08 November 2006

Combination: Pillsbury - Lasker, St Petersburg 1895

Continuing the series on Lasker's Moves that Matter, the Pillsbury - Lasker game is one of the most famous games in chess history, featured in many anthologies. Besides the books by Kasparov and Soltis, which are the core of this series, I found it in 'Lasker's Greatest Chess Games, 1889-1914' by Reinfeld and Fine (p.56), originally 'Dr. Lasker's Chess Career: Part I, 1889-1914'; 'The World's Great Chess Games' by Fine (p.52); 'Emanuel Lasker, The Life of a Chess Master' by Hannak (p.66), with a subset of the notes from the Reinfeld/Fine book; and 'Lasker's Manual of Chess' (p.273), in the chapter on 'The Aesthetic Effect of Chess'.

The combination started in the diagrammed position. Lasker, who had just exchanged Knights on d4, played 15...Be6. This only makes sense if he had anticipated that after 16.f4 Rac8 17.f5, he would play 17...Rxc3. Both Kasparov (KAS) and Soltis (SOL) gave this move a '!!'. Kasparov wrote,

A fine, deeply calculated combination, which any grandmaster could be proud of even today. It is beyond the powers of even a strong computer -- here additional forces are needed. Whereas after the prosaic 17...Bd7 18.Qf3 the chances would have become double-edged.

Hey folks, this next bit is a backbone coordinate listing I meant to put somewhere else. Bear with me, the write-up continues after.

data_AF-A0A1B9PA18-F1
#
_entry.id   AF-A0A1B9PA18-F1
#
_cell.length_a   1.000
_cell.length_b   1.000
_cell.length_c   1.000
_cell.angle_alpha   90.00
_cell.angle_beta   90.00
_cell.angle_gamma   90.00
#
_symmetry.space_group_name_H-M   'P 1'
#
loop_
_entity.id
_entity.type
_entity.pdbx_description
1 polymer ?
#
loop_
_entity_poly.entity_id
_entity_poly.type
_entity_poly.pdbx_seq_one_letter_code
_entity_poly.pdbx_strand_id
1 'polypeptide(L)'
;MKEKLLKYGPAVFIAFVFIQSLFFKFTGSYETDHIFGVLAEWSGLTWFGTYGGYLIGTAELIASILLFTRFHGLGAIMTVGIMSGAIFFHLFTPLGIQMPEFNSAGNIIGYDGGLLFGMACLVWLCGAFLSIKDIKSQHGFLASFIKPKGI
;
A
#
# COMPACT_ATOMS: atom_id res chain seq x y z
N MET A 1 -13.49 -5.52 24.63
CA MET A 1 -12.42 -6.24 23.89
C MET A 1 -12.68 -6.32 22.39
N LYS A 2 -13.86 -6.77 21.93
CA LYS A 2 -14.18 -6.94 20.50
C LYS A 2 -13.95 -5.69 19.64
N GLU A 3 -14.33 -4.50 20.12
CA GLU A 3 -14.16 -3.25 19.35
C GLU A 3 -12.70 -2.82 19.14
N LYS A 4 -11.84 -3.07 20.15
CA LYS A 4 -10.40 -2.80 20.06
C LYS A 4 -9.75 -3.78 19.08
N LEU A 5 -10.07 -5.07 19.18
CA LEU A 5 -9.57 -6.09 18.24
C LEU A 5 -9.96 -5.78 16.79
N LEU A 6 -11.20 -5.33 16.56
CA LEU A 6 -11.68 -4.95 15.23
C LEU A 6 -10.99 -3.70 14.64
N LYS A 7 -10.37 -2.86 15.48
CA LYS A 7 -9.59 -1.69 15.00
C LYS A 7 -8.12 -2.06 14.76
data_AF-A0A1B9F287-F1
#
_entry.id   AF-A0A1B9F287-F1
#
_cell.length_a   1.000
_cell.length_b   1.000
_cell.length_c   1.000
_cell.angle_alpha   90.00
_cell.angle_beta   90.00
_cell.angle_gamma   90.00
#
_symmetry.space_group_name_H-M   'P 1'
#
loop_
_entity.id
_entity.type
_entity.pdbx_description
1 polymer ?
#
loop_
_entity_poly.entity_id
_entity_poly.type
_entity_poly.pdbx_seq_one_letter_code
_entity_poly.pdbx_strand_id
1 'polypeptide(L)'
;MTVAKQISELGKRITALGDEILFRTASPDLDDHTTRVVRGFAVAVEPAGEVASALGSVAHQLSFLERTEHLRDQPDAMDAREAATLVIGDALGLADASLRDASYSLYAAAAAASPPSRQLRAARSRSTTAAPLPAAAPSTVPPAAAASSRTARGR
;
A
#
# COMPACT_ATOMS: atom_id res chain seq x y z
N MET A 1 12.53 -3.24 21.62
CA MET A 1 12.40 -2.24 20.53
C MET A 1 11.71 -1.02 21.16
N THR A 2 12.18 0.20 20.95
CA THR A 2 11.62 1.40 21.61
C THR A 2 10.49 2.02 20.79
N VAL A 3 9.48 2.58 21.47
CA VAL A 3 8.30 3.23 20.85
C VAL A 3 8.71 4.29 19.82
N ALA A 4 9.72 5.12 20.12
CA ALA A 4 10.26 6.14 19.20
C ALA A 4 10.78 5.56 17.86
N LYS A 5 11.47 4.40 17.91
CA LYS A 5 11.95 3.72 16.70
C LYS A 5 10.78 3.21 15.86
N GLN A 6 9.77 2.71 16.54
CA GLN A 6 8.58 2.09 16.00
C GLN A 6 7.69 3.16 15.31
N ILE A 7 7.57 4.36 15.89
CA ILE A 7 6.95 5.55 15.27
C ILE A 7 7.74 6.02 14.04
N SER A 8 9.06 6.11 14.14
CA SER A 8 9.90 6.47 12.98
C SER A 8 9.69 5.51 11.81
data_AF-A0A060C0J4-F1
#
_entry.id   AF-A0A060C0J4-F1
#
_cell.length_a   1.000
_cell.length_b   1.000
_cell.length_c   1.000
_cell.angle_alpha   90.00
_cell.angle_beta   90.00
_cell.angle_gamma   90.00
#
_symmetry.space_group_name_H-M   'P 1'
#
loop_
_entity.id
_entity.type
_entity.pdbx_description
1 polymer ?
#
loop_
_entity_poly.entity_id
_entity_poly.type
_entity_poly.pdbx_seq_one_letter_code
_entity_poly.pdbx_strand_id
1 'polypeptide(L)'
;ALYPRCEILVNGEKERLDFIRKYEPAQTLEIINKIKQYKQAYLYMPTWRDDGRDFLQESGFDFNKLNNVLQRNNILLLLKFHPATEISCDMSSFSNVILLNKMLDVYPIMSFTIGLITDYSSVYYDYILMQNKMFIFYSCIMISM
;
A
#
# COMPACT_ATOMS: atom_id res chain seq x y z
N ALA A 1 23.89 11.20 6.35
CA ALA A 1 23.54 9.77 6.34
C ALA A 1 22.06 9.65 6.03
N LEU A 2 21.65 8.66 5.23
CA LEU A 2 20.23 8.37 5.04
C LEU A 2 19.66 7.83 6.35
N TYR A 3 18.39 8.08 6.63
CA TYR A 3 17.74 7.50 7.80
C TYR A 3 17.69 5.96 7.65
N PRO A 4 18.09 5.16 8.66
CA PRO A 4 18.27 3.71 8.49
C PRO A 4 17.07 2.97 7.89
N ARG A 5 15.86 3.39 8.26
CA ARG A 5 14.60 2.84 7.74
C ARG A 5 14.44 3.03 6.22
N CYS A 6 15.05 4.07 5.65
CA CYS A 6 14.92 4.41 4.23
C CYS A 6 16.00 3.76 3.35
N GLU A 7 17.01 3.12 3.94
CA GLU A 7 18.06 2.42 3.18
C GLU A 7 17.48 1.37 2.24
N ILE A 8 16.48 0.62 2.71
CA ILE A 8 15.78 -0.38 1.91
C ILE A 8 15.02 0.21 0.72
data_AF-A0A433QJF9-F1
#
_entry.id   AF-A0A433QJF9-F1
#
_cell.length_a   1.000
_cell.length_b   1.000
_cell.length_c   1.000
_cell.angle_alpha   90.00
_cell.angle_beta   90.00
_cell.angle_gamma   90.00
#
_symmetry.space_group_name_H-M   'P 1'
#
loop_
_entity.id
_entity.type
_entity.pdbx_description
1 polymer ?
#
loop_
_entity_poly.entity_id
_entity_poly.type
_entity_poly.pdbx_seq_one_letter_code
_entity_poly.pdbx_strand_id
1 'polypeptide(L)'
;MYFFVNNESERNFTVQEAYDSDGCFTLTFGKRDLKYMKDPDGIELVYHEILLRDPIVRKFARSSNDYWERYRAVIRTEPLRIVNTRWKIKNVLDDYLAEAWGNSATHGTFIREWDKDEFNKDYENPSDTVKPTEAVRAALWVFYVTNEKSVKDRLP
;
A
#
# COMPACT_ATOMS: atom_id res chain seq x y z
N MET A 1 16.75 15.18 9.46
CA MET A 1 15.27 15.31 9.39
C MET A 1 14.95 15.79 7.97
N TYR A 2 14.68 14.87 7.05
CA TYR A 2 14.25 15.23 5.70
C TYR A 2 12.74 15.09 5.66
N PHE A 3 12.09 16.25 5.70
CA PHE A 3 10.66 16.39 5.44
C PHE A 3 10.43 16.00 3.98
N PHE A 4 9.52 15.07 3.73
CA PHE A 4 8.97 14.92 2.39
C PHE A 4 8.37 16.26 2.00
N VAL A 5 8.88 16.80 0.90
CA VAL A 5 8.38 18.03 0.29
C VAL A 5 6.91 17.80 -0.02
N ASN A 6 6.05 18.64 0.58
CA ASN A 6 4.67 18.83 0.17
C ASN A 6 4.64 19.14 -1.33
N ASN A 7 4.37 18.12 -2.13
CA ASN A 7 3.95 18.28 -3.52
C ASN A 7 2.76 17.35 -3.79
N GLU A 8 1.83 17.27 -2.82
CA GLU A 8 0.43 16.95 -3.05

St Petersburg 1895
Lasker, Emanuel

Pillsbury, Harry Nelson
(After 15.e3xd4)
[FEN "r4rk1/pp1b1pp1/5b1p/q2p3Q/3P4/2N5/PP3PPP/1K1R1B1R b - - 0 15"]

Pillsbury continued 18.fxe6, when both KAS and SOL agreed that 18.bxc3 was inferior. After 18...Ra3, they both assigned another '!!'. Most annotators declare that this is the real point behind Black's 17th move.

Now Pillsbury played 19.exf7+.

KAS: '?'; After dismissing 19.e7?, which was the main alternative considered by the other annotators I listed, Kasparov wrote, 'It also seems hopeless to play 19.bxa3! Qb6+ 20.Kc2 Rc8+ 21.Kd2 Qxd4+ 22.Ke1 Qc3+, but the e-Pawn serves as a shield for the King and by the sequence 23.Ke2 Qc2+ 24.Rd2 Qe4+ 25.Kd1 Qb1+ 26.Ke2 White gains a draw.' He then gave more moves to support his conclusion.

SOL: The American GM player and historian pointed out that after 19.bxa3 Qb6+ 20.Kc2 Rc8+ 21.Kd2 Qxd4+ 22.Ke1, Kasparov's analysis had been improved by Sergey Sorokhtin: 22...Qe3+ 23.Be2 fxe6 24.Qh3 Bc3+ 25.Kf1 Rf8+ 26.Bf3 Ba5 27.Qg3 Bb6.

It is also worth noting that 19.bxa3 Qb6+ 20.Ka1 fails to 20...Bxd4+ 21.Rxd4 Qxd4+ 22.Kb1 fxe6 23.Be2 Qe4+ 24.Ka1 Rf2.

The game continued 19...Rxf7 20.bxa3 Qb6+ 21.Bb5 Qxb5+ 22.Ka1 Rc7. I will pick up the game at this point in the next post in this series. For more about Sorokhtin, see the ChessBase.com article...

Kasparov revisits Pillsbury - Lasker

...To play through the complete game see...

Harry Nelson Pillsbury vs Emanuel Lasker, St Petersburg 1895

...on Chessgames.com.

No comments: